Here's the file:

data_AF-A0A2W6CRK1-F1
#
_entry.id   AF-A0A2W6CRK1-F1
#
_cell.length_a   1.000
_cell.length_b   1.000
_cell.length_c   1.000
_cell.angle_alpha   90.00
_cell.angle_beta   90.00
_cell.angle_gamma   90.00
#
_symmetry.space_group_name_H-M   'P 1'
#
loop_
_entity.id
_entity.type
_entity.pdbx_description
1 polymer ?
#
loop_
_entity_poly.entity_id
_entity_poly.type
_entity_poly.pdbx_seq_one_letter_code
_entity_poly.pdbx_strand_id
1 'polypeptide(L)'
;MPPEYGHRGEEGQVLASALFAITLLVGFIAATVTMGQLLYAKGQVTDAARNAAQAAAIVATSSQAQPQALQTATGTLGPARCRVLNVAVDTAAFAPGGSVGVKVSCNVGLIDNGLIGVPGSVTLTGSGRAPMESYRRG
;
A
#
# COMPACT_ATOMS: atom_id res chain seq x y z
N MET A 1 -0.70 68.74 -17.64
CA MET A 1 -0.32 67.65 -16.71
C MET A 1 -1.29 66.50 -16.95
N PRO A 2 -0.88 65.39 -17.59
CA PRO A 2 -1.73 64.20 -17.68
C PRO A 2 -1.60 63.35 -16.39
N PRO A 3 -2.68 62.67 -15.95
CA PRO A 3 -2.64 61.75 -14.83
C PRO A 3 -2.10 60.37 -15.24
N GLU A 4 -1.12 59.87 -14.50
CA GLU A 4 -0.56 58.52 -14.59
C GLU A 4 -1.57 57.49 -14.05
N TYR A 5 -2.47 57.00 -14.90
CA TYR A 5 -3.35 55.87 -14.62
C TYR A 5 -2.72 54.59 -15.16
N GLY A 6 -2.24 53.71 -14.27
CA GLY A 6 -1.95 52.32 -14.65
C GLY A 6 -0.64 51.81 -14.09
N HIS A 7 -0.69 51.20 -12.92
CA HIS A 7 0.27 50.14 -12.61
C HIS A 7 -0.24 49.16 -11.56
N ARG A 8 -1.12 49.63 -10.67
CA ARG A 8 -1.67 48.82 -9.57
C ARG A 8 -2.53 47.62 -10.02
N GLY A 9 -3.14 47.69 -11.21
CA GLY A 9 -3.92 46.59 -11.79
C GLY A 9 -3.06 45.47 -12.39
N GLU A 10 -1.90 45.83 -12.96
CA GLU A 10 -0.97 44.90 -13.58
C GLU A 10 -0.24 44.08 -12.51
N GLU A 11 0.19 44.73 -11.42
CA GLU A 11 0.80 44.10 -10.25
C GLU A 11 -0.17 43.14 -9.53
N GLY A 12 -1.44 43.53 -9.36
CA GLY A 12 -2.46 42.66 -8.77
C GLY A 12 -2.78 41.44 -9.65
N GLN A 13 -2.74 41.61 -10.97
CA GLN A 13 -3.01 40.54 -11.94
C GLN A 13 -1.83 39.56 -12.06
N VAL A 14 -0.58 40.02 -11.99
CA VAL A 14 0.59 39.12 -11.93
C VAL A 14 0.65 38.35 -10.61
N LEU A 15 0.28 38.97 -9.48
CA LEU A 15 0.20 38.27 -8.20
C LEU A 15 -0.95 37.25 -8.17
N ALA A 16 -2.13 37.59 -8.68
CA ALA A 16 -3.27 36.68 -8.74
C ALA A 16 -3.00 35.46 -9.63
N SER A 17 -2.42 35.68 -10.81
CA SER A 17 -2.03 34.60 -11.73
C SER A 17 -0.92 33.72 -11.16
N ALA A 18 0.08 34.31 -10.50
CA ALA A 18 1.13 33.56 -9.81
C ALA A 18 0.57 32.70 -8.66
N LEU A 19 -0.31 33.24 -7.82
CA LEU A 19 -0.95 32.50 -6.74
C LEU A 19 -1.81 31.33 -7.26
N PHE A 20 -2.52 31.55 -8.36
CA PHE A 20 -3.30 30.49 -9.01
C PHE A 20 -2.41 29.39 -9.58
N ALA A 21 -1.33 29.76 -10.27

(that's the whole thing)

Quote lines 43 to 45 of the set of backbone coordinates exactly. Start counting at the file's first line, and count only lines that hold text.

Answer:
N TYR A 5 -2.47 57.00 -14.90
CA TYR A 5 -3.35 55.87 -14.62
C TYR A 5 -2.72 54.59 -15.16